And apparently the gungan even less. I wondered if they might make really good villains. You hate to kill em, but you kill em cuz you hate em ;)
 

mkletch

First Post
mirthcard said:
Another question - what would be the best way to transition VP/WP into HP?

OK, I've been working on this for some time. The magic system seemed to present a big problem, but I think I have it worked out. For those not familiar with WP/VP (and be careful w/ reuse; this is not OGC):

Wound Points: Equal to Constitution score (includes Con damage.)

Vitality Points: Equal to normal hit points gained for class levels, including max at 1st level and Con bonuys at every level.

Critical Hits: Applied directly to Wound points. All critical multipliers are reduced by 1 (so an axe gives an x2 critical. This includes for a coup de grace.

Fatigue: Any time you take wound point damage, you become fatigued (-2 to various stuff and no running/charging as normal).

Unconsciousness: You become unconscious at 0 wound points, lose one every round unless you stabilize; you die at -10 wound points. If you take wound point damage, you must make a Fortitude save (DC 10 + wound point damage taken) or fall unconscious. (Slight chance the base DC might be 15; I don't have it in front of me).

Natural Healing: You heal one vitality point per level per hour (just like subdual damage in 3E. You heal one wound point per day, just like ability damage.

Toughness: This feat gives wound points, not vitality points. I figure it would also extend to the higher-level toughness feats in MotW.

Falling: Reflex save DC 15 + 1 per additional 10' fallen. Success means the damage applies to vitality. Failure means damage applies to wounds. Tumble still reduces effective fall by 10'.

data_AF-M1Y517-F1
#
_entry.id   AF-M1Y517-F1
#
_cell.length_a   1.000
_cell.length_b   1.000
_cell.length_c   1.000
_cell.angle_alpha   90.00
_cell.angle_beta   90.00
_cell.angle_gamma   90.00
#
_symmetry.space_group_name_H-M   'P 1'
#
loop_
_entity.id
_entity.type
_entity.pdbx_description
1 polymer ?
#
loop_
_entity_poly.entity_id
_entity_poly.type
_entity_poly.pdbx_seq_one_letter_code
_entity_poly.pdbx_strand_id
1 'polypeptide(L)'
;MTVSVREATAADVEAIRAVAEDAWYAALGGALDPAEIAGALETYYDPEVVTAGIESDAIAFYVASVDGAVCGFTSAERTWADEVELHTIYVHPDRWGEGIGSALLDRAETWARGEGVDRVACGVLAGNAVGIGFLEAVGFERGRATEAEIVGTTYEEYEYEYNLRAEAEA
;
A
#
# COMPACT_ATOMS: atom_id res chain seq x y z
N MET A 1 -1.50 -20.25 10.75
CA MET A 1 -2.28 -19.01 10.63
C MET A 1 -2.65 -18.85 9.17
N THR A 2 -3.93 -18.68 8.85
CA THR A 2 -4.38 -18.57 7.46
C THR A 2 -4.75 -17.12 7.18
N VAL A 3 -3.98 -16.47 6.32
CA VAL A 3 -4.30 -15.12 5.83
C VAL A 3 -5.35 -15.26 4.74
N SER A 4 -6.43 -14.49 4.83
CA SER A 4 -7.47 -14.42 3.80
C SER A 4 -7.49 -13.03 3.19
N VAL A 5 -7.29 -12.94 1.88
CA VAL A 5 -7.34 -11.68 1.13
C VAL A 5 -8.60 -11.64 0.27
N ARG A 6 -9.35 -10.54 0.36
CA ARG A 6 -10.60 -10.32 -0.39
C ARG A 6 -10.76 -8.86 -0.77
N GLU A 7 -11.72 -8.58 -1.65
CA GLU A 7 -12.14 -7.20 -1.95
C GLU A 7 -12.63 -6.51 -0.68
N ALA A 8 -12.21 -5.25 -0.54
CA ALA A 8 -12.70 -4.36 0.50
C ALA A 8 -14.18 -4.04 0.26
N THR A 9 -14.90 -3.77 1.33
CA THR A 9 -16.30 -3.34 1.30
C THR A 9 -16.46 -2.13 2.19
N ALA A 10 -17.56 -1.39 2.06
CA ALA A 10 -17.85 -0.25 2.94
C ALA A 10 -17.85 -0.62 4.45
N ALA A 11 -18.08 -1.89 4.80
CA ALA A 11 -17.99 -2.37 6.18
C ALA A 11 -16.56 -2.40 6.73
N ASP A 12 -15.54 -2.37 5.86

NPC Classes: do not get vitality points, only wound points. This is why stormtroopers fall like wheat before a scythe.

Real wounds: if the DM feels something is an actual injury rather than something that can be avoided by luck, it applies to wounds instead of vitality.

Out of vitality: once you hit zero vitality, any remaining damage is applied to wounds, and all rules for taking wound damage apply. If you hit exactly zero vitality points, you are staggered for one round.

Armor: armor provides damage reduction, not a defense bonus, though this damage reduction applies only to wound damage. Masterwork armor increases the DR of the armor, and does not reduce the armor check penalty. MW armor can go as high as +3

Weapons: MW weapons give a damage bonus, not an attack bonus. They also can go to +3.

OK, here's my bit. How do spells fit in with this? Does cure light wounds fix even a major sword wound? Does fireball incinerate just about anyone? Here is how I'm thinking to work this sort of thing.

Damage Dice: Any time dice would be rolled for a spell, the die total applies only if vitality points are in question. If something is going to be applied directly to wound points, it does one point per die for d4, d6 or d8, or two points per die for d12 and d20. Saving throws apply normally. So a 10th level wizard casts a fireball into a crowd. Characters with no VP left or with only NPC classes take 10 wound points, 5 if they save. Heroic characters take 10d6 to vitality, 5d6 if they save. The sticky part is when someone is close to being out of vitality. Then you have to see that, when they run out of VP, the damage rate changes. SO a character has 12 VP left. That is just a touch more than the average for three dice. So, drop three dice and they take one wound point per die for the remaining 7 or 2 dice, depending on whether or not they make their save.

Healing: Healing spells heal vitality. You can choose to have them heal wounds instead, but it heals one wound point per die and removes the fatigue associated with taking wound damage.

Traps: Many traps in 3E deal multiple dice of damage. I'd treat it like a fall. Reflex save, or the damage applies to wounds. The higher levels of Uncanny Dodge would be actually useful. If the trap deals multiple dice of damage, treat it like a spell. Note that actual falling damage does not convert damage dice like I described for spells. Pit traps will be deadly. In 3E, you worry more about the poisoned spikes or a pool of acid at the bottom than the actual fall; this changes with VP/WP![/b]